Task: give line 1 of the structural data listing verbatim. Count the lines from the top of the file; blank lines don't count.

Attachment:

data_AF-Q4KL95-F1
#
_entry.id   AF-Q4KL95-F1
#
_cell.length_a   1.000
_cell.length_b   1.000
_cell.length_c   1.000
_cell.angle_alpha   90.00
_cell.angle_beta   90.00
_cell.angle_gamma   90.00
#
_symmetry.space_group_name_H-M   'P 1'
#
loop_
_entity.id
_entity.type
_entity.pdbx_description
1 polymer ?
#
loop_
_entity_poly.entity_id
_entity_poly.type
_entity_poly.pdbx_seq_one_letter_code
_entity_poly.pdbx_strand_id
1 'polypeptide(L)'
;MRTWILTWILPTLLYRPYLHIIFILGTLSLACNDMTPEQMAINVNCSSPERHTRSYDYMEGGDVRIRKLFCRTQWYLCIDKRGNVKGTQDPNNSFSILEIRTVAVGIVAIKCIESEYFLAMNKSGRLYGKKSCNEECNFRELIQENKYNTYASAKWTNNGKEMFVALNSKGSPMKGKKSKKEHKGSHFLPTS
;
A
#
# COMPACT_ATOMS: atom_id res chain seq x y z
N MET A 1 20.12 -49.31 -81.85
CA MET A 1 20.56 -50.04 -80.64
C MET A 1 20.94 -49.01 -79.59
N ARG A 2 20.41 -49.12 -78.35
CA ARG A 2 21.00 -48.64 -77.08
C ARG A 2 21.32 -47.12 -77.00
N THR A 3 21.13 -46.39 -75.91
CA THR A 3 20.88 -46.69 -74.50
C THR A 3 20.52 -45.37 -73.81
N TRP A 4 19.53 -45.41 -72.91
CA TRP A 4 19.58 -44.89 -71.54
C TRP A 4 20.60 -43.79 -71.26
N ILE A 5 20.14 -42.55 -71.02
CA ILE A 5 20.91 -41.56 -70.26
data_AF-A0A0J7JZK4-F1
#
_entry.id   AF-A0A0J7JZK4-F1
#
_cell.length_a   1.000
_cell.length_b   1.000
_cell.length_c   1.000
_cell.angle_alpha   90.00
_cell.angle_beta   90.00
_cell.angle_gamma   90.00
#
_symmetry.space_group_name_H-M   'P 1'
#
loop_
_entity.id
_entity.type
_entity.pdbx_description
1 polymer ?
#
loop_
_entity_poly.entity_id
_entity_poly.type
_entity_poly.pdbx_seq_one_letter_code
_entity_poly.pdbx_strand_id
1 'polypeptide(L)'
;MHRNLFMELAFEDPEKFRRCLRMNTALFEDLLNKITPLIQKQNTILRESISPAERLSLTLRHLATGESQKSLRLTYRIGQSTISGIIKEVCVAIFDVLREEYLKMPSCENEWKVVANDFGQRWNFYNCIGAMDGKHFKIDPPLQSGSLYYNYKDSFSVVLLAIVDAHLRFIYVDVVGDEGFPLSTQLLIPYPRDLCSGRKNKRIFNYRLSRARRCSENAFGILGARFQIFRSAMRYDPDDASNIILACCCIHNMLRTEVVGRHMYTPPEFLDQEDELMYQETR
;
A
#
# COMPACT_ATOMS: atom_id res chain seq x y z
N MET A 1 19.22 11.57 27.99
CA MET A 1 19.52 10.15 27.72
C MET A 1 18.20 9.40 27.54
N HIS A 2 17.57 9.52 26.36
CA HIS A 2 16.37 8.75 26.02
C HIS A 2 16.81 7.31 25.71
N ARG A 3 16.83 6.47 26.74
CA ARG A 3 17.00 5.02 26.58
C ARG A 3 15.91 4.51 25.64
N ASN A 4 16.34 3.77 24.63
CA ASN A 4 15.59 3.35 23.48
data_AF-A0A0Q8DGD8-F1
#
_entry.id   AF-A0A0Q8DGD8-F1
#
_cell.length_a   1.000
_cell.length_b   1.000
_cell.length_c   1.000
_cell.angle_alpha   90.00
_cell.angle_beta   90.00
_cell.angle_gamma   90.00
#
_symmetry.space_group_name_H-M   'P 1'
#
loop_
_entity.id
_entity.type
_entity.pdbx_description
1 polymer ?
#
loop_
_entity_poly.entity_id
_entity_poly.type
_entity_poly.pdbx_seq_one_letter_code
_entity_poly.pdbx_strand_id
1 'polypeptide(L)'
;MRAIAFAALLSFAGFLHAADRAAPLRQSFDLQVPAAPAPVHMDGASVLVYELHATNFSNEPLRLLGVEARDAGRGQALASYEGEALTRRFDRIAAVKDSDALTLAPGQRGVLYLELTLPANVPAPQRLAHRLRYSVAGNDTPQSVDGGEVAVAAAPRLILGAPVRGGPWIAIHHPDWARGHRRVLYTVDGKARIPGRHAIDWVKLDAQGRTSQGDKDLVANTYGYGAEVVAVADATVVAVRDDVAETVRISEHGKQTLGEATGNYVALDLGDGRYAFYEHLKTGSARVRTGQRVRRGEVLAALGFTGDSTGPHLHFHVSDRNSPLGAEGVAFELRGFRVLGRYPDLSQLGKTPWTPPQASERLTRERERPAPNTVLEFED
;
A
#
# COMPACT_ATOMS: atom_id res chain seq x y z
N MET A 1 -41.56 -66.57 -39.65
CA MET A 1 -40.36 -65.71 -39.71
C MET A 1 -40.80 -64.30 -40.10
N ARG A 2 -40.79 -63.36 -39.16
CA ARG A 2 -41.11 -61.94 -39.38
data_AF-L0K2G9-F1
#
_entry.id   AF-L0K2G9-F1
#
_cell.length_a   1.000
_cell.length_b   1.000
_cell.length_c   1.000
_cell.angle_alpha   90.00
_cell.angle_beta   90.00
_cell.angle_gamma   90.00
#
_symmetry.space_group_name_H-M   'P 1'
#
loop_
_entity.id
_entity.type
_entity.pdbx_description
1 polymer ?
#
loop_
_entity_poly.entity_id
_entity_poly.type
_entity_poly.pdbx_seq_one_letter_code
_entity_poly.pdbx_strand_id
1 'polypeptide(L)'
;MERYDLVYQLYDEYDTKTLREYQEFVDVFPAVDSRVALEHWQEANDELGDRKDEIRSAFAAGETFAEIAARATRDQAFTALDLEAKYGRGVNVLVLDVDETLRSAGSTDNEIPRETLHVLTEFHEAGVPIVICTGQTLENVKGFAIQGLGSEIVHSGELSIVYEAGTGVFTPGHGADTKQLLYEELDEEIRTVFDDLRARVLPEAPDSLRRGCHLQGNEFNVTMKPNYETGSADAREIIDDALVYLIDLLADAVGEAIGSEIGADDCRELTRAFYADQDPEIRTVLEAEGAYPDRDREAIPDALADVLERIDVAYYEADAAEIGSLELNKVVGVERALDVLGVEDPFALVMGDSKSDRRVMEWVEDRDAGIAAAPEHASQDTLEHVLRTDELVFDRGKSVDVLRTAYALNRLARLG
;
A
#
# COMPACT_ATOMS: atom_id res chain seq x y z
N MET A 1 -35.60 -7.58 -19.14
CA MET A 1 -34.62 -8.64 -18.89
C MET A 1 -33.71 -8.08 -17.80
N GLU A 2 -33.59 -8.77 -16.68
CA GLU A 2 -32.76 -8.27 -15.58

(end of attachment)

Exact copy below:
data_AF-Q4KL95-F1